The expiry facet in the use case above gives us an advantage in that we do not have to compare the incoming record with all the data to check if it is a duplicate. At the same time, all the incoming data need not be stored; just a day worth of data is adequate to address the above use case.

Configuring the below parameters will solve the problem for this use case:

  • keyExpression - This is the dedup key for the incoming tuples (similar to the Basic Dedup use case). This can be any key which can uniquely identify a record. For log messages this can be a serial number attached in the log.
  • timeExpression - This is the key which can help identify the expired records, as explained above. In this particular use case, it can be a timestamp field which indicates when the log message was generated.
  • expireBefore - This is the period of expiry as explained above. In our example use case this will be 24 hour, specified in seconds.

Configuration of the above parameters is sufficient to address this use case.

Use cases - Summary

  1. Basic Dedup - Deduplication of bounded datasets. Data is assumed to be bounded. This use case is not meant for never ending streams of data. For example: Deduplication of master data like customer records, product catalogs etc.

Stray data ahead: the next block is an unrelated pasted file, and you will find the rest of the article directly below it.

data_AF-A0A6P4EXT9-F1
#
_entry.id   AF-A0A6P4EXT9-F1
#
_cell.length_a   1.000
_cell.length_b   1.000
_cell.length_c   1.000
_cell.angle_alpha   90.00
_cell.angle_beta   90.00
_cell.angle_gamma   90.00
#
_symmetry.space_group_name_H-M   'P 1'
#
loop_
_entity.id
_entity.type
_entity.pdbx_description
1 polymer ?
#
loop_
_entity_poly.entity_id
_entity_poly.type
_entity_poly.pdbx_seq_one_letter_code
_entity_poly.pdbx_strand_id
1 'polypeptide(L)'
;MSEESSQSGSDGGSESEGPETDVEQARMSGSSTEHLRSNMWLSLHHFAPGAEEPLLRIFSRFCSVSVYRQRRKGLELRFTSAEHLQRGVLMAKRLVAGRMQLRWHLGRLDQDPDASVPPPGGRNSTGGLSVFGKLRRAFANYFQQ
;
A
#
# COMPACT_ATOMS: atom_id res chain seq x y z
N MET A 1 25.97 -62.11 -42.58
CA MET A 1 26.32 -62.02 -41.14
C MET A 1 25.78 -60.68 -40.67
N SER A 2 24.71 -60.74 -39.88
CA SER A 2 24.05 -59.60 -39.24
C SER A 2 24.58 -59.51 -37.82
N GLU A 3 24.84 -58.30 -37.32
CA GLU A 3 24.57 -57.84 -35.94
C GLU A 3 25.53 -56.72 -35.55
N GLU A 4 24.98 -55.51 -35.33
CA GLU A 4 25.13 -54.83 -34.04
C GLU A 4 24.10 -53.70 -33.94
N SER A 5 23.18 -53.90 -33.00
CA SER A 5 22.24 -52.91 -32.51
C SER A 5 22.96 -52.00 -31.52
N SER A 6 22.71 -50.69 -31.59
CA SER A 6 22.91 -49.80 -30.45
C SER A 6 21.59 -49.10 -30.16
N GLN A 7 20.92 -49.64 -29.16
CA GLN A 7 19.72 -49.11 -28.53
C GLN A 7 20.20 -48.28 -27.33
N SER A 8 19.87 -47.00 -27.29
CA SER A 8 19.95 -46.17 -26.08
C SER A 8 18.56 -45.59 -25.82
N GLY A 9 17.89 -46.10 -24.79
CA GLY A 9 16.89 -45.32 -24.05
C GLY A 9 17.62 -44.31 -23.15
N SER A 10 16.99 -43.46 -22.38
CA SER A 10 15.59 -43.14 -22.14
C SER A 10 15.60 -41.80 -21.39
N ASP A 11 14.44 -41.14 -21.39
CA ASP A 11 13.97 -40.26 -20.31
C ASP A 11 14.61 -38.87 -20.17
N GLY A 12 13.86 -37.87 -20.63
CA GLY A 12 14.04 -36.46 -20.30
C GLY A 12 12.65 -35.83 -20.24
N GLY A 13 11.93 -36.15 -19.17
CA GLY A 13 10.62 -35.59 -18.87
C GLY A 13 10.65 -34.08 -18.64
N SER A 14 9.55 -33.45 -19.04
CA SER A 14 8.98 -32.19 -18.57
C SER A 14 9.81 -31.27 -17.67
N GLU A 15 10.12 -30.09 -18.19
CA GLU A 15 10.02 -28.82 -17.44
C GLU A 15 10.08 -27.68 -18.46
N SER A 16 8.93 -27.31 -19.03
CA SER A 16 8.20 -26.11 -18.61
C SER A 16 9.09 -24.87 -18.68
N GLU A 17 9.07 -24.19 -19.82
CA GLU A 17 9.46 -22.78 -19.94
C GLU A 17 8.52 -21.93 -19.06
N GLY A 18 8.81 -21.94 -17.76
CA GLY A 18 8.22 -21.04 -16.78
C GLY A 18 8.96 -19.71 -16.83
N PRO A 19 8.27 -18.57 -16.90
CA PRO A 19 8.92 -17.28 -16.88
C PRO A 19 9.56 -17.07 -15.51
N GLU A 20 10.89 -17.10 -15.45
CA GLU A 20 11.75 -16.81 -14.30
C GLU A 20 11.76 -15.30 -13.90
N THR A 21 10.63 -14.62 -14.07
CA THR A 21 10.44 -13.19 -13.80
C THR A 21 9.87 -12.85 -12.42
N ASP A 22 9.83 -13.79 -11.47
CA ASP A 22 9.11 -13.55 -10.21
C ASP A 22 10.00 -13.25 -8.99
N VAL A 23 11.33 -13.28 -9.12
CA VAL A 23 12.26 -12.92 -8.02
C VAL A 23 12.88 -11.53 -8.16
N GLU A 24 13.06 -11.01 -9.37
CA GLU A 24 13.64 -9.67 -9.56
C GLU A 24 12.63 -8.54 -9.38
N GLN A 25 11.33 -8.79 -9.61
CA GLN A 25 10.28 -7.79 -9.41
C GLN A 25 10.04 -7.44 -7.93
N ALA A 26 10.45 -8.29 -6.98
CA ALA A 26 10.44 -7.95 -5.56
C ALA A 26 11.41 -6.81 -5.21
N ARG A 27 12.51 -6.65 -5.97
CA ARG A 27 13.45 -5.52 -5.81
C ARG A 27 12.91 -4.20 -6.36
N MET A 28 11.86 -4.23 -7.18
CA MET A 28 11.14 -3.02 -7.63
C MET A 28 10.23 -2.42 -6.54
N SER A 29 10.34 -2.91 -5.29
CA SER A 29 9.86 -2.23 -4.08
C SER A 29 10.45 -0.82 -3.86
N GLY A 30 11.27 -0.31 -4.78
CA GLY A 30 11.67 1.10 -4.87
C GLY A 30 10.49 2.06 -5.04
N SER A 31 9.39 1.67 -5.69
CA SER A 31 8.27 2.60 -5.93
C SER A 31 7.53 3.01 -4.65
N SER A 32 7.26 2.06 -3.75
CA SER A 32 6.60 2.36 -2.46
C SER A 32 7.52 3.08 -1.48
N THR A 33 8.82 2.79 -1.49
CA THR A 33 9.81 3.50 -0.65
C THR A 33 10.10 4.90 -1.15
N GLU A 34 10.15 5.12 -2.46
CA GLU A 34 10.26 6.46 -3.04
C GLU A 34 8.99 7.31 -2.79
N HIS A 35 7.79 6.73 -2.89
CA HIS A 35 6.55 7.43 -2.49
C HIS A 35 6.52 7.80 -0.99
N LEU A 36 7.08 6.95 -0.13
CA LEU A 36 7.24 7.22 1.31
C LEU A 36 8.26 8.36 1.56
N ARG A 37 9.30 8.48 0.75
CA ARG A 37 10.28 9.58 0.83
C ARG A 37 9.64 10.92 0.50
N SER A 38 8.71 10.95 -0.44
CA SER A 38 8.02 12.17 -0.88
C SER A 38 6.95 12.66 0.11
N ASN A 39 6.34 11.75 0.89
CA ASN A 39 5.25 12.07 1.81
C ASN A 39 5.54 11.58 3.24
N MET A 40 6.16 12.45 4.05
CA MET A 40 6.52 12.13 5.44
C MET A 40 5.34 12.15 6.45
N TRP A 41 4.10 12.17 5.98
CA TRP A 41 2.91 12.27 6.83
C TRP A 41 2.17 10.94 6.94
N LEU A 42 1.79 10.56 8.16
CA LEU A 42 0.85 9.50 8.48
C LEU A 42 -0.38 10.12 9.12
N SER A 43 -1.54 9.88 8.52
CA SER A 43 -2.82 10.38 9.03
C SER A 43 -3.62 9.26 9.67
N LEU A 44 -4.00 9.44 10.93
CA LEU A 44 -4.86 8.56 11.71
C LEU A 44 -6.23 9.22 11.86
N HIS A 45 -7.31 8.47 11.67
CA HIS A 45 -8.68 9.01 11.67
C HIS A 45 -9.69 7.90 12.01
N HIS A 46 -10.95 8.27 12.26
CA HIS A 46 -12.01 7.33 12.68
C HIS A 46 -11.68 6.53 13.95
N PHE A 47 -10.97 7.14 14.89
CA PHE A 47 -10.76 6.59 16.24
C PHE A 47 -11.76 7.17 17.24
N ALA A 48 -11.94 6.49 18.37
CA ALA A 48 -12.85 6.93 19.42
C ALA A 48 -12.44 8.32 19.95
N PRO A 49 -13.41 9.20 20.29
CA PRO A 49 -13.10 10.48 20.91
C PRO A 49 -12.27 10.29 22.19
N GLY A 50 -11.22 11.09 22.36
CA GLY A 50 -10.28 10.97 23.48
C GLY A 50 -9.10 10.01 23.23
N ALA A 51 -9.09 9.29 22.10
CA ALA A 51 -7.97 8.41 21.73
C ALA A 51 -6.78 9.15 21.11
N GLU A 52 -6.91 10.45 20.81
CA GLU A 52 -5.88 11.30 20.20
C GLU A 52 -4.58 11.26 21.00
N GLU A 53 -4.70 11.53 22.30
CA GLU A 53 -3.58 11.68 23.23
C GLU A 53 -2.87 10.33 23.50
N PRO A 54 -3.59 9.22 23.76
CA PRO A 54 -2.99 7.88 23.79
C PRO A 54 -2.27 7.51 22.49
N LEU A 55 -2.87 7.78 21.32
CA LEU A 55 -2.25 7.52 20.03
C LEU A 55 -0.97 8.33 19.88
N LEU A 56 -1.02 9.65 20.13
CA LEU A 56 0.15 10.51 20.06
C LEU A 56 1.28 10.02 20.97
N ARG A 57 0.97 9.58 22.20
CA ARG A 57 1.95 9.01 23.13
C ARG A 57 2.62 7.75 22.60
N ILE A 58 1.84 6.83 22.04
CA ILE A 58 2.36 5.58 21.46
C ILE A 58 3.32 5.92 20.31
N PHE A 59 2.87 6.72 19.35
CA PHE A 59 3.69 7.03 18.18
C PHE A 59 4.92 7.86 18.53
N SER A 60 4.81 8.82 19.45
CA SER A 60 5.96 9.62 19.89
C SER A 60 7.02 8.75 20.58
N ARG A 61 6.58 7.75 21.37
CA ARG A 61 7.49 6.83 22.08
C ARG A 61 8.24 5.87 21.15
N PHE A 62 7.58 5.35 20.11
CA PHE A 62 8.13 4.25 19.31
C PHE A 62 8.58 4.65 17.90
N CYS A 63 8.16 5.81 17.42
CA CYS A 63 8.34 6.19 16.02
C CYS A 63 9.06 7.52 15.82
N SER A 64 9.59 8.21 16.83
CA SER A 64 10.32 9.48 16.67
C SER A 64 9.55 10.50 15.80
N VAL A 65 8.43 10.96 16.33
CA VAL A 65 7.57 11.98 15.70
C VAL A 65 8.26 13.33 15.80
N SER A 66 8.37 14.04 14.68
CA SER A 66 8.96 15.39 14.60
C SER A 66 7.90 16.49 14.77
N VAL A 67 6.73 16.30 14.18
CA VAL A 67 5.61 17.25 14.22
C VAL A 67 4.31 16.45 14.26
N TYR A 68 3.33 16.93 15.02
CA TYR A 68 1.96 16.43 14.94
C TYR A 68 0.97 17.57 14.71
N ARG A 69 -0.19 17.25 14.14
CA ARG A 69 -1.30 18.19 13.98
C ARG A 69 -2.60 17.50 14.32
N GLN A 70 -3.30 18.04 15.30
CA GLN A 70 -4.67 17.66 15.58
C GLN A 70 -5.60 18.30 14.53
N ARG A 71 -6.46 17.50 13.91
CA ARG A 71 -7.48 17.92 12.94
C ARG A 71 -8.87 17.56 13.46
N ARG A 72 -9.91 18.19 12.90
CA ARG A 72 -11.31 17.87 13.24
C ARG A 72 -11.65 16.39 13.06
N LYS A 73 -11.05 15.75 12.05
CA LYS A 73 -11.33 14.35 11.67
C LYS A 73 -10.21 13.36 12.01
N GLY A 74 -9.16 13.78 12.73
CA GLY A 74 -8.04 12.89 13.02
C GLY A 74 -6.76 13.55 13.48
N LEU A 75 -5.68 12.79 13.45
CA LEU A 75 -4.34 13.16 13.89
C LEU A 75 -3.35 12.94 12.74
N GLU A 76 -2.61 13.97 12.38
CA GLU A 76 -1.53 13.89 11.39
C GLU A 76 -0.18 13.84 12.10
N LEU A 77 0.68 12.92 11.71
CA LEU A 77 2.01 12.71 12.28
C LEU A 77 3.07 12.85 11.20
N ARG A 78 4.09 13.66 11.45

2. Time Based Dedup - Deduplication of unlimited streams of data. This use case handles unbounded streams of data and can run forever. An expiry key and criterion is expected as part of the input which helps avoid storing all the unique data. This helps speed up performance. Any timestamp field in the incoming tuple can be used as a time based expiry key.
    • With respect to system time - Time progresses with system time. Any expiry criteria are executed with the notion of system time. This is possible if the incoming tuple does not have a time field, or the user does not specify a timeExpression.
    • With respect to tuple time - Time progresses based on the time in the incoming tuples. Expiry criteria are executed with the notion of time indicated by the incoming tuple. Specification of the time field (timeExpression) is mandatory for this scenario.

Technical Architecture

Class Structure

Architectural Details


Dedup Key - Specified by keyExpression parameter

A dedup key is a set of one or more fields in the data tuple which acts as the key for the tuples. This is used by the deduper to compare tuples to arrive at the conclusion on whether two tuples are duplicates. If Dedup Key of two tuples match, then they are duplicates, else they are unique.

Expiry Key - Specified by timeExpression parameter

A tuple may or may not have an Expiry Key. Dedup operator cannot keep storing all the data that is flowing into the operator. At some point it becomes essential to discard some of the historical tuples in interest of memory and efficiency.

At the same time, tuples are expected to arrive at the Dedup operator within some time after they are generated. After this time, the tuples may be considered as stale or obsolete.